Thursday, January 8, 2015

The Mercantile Bldg--Nos. 31-33 West 31st Street

Just before the turn of the last century the 31st Street block between Fifth avenue and Broadway still clung, at least in part, to its residential character.  In 1895 No. 31 was the home of Mrs. Fay Pierce, and next door at No. 33 lived Dr. Russell Bellamy.  The two four-story brownstone houses would survive only a few more years.

Already the homes in the area were being razed or renovated for commercial purposes, and three blocks south West 28th Street was popularly known as Tin Pan Alley because of the many songwriters and publishers who populated the old buildings.  The trend seeped onto West 31st Street and on April 23, 1895 The Evening World reported on “a meeting of the ladies interested in securing cheap popular music for the people of the city…at the residence of Mrs. Fay Pierce.”

Within two years music publishers were operating out of Mrs. Pierce’s former home; the most famous being Milwaukee-based Charles K. Harris who opened his New York office here in 1897.  The composer, lyricist and arranger had scored tremendous success with hits like “After the Ball.”  Among his first publications from No. 31 was “The Organ Grinder’s Serenade” sung to popular acclaim by Charles E. Witt.

The sheet music for "The Organ Grinder's Serenade" still placed Harris in Milwaukee, with the "Home Office" at 31 West 31st.  (copyright expired)
On February 16, 1900 No. 31 West 31st Street was lost in foreclosure and sold at auction.  Elizabeth A. Wilcox acquired the old house, along with No. 33.  It did not take the enterprising woman long to “improve” the property.  In June 1901 Stone, An Illustrated Magazine reported that Elizabeth Wilcox “will erect a ten-story mercantile building” on the site.

She commissioned the architectural firm of Israels & Harder to design the building.  Charles H. Israels and J. F. Harder were well known for their apartment and tenement building designs, and they had submitted entries into competitions for more lofty structures as well—like the U.S. Custom House and the Soldiers and Sailors Monument on Riverside Drive.

Working with a rather narrow plot, the architects produced a pleasing store and loft building of modern design.  A two-story cast iron base framed the retail space.  More glass than metal, the store levels allowed sunlight into the showroom areas.  The squat-looking third floor was faced in pinkish terra cotta and its cornice upheld two five-story arches outlined in textured terra cotta enframements.  The spandrels between floors featured deep panels and elaborate rosettes.  The motif was carried on to the top two floors where the terra cotta frames of the three sets of openings at the 9th and 10th floors fooled the eye into seeing three two-story arches.

Construction was competed at a dizzying speed and on November 30, 1901 the finished building was sold.  Elizabeth A. Wilcox sold the new structure for $275,000 to Salina A Gilson.  The price would be a substantial $7.7 million in today’s dollars.

Known sometimes as The Mercantile Building, No. 31-33 filled with a variety of tenants, not the least of which spilled over from Tin Pan Alley.  In 1903 Charles Harris was back, having moved permanently to New York City and establishing his office here.  Others were The Boyle Agency ("International, Vaudeville and Dramatic"), W. L. Lykens’s Vaudeville Agency and B. A. Myers and E. S. Keller, General Vaudeville Agents.  Among Myers & Keller’s prominent clients was actress and singer Edith Helena (Mrs. Edith Seymour Jennings) who was famous world-wide for her more than three-octave range.

Brickwork laid in three dimensions harmonized with the intricate terra cotta.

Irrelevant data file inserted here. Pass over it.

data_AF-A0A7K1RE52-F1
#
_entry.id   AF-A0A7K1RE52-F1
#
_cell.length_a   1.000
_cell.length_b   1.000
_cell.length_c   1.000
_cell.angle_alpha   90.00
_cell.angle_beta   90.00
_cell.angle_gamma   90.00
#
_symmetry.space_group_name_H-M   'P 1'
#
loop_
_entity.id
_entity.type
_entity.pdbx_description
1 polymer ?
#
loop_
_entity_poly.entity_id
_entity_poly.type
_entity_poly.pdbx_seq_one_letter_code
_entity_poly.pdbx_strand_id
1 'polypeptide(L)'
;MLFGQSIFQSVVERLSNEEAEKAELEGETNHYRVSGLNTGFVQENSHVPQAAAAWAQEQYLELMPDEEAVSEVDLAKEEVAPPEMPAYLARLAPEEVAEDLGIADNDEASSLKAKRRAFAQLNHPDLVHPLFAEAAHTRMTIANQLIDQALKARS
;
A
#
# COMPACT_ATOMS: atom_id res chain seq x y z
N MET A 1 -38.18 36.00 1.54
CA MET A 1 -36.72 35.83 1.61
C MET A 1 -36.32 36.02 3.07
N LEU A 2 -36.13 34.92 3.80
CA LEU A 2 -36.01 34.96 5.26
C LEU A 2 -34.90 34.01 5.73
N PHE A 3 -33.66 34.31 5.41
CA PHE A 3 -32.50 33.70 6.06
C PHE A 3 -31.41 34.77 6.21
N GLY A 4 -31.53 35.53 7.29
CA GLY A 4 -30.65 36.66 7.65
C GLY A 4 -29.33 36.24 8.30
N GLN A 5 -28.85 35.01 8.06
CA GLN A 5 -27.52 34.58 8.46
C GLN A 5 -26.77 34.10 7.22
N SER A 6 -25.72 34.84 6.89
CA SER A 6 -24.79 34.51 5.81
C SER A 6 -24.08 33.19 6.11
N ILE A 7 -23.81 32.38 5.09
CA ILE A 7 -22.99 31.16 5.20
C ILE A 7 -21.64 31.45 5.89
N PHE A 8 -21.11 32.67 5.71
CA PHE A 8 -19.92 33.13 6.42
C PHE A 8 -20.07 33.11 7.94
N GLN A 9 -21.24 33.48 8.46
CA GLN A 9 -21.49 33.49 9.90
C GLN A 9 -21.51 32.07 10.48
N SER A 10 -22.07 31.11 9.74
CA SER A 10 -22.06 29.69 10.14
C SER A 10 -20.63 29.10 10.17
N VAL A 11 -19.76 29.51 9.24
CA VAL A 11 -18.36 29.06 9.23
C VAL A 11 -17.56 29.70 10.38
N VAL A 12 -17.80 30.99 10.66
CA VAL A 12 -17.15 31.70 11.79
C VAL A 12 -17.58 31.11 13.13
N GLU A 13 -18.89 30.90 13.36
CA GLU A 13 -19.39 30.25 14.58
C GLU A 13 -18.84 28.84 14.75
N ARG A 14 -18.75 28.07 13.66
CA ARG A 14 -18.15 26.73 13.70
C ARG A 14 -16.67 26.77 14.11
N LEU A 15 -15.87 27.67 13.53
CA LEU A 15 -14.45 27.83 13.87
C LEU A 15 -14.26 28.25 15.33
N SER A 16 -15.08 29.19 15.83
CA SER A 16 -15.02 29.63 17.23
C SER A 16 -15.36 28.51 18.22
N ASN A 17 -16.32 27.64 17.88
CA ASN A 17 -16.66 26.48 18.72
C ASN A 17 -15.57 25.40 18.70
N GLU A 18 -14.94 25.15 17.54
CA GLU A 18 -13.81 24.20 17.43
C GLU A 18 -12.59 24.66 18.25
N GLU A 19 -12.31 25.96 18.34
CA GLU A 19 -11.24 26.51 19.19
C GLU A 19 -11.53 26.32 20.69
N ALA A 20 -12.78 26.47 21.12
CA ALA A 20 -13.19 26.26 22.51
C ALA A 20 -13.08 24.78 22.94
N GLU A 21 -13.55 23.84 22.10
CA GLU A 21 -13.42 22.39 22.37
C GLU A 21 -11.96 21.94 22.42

Shortly after opening his office here, Charles P. Harris hired Abraham Gapner, a young orphan, as an office boy.  On April 28, 1903 the boy walked into the National Park Bank and presented a check for $26.34 endorsed by Harris.  The cashier was not convinced everything was on the up-and-up and refused to cash the check.  So Gapner said he would return to the office and have things straightened out by telephone.

A few minutes later the bank’s telephone rang.  “This is Mr. Harris.  Pay the check to Abraham Gapner, my boy,” said a youngish voice.  The bank official was not fooled.

The New York Times reported “In the meanwhile, however, Detective Bernard of the department store whence the check was sent to Mr. Harris, appeared on the scene, and when the boy returned to the bank he was arrested.  According to the detective, Abraham confessed that he found the check in Mr. Harris’s mail, indorsed it with Mr. Harris’s name, and finally used the telephone to instruct the bank officials to pay the amount to himself.”

When asked why he had committed the crime against his employer, Abraham explained he wanted “Spring clothes because everybody else was wearing them.”

Salina A. Gibson did not retain possession of the building long.  In March 1905 she sold it to Robert S. Minturn for “about” $285,000, garnering a $10,000 profit over two years.

Among the tenants Minturn received in the deal was Conrad Schickerling who, The Times said in 1906, “calls himself a manufacturing jeweler.”  Schickerling rang the Shickerling Manufacturing Company here.  But the 38-year old would find himself behind bars in June that year.

Deputy Assistant District Attorney Vandiver told a judge on June 15 that Schickerling was “a member of a gang which had swindled Maiden Lane jewelers out of diamonds worth $200,000.”  In one instance, Schickerling visited Edelhoff Brothers & Co., at No. 574 Fifth Avenue on January 24.  He told Gustave A. Edelhoff he needed “a lot of diamonds to complete a lorgnette chain” ordered by the President of the State Bank, Oscar L. Richard.  Edelhoff handed over a bag of diamonds “on memorandum,” the I.O.U among jewelers at the time.

After several days without hearing from Schickerling, Edelhoff went to his office in the Mercantile Building.  After several such visits, Schickerling finally admitted he had pawned the diamonds for $6,000.

Edlehoff’s lawyer told the court that he had “received intimations that several other firms had been swindled in a similar manner by a gang of clever thieves.”  The New York Times wrote “The lawyer said the full details of the swindles would be brought to light in the examination of Schickerling.”

Along with Tin Pan Alley offices and a crooked jeweler, architects took space in the building.  Israels & Harder liked their own design enough that they immediately moved in; and on May 3, 1902 the firm of Little & O’Connor moved from No. 15 West 34th Street into the building.